? >> classic central asia would anubegistan. bigges you can include afghanistan in that group. china is also very close to central asia. >> does the word "stan" mean something? >> it means where the rulers sets, headquarters, if you like. >> how about kazhak? >> one legend says that it drew from a white swan. the other theory is that it was a freedom-like person. >> they were a nomadic people long ago, a pastoral people? >> yes. we hail from one of the early walks of life for the human race. our ancestors go back to syrian tribes. sometimes they're called saka tribes. then there were the huns. you remember attila the hun. >> yes. then there were ancient turks and on and on and on. >> if you put all of the kazaks together, is very national characteristic? >> many. one which will it be immediately jumped out is hospitality. peacefulness. friendliness. >> a few years ago, there was a film, a borat film, that made fun of kazakhstan. did that hurt? >> i do not think it was a mocking kazakhstan. it was mocking other countries. he is a very smart businessman. we do not have any complaints abou
WETA
Jun 19, 2011 10:00am EDT
historic plea and ethnically western parts of china were also very close to central asia. >> there are a lot of stanz floating around here. >> it is an ancient persian road which means a place where the ruler sits. basically, it is a headquarters. >> that is the stan part of it. what about kazak? >> they are a legendary people that like to surround themselves with legends. some say that kazak is translated to a freedom-like person. >> long ago, they were a nomadic people? " yes, we were an ancient nomadic people. we hail from one of the early parts of the human race. our ancestors go back to ancient tribes. then theree were the huns. he is our proud and sister, atilla the hun. >> if you put all of the kazaks together, is there and natural characteristic that would jump out as to the kind of people -- >> many. one of them which will immediately jump out is hospitality. peacefulness. friendliness. >> a few years ago, there was a film, "borat," that made fun of kazakhstan. did that hurt on a personal or professional level? >> i think it was not mocking kazakhstan. it was mocking some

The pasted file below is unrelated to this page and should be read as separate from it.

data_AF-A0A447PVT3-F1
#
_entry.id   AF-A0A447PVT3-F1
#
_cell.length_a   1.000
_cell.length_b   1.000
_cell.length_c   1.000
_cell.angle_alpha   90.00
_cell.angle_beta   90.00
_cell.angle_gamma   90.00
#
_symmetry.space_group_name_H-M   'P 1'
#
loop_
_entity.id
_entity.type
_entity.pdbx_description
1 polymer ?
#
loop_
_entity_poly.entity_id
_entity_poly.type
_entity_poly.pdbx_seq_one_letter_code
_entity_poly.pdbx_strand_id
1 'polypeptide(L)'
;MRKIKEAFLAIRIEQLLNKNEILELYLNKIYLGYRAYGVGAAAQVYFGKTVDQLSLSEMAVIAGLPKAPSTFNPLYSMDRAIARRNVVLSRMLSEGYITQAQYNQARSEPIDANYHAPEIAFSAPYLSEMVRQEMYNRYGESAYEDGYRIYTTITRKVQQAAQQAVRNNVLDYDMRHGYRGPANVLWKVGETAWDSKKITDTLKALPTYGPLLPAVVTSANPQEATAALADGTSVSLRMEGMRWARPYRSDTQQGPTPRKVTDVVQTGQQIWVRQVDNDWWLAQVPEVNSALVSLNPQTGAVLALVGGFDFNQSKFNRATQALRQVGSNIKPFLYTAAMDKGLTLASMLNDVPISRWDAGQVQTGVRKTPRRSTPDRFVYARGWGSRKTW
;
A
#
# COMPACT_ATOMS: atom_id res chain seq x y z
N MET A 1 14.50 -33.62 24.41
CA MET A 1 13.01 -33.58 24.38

WHUT
Mar 6, 2011 9:00am EST
other people taking responsibility for what has happened. >> who you think china can dominate without its political revolution? >> inside 20 or 30 years, china will dominate economically. the muslim world could have dominated demographically because of the very high rates associated with radical islam. it is becoming a trend in that region. >> we will live in a different world dominated by china, india, and success to some extent by muslims as well. >> that is all for this week. from all of us, goodbye. >> funding was made possible by the freeman foundation of new york, stowe, vermont, and honolulu. and union bank. >> union bank has put its financial strength to work for a wide range of companies, from small businesses to major corporations. what can we do for you? >> "bbc newsnight" was presented by kcet, los
WETA
Nov 21, 2010 10:00am EST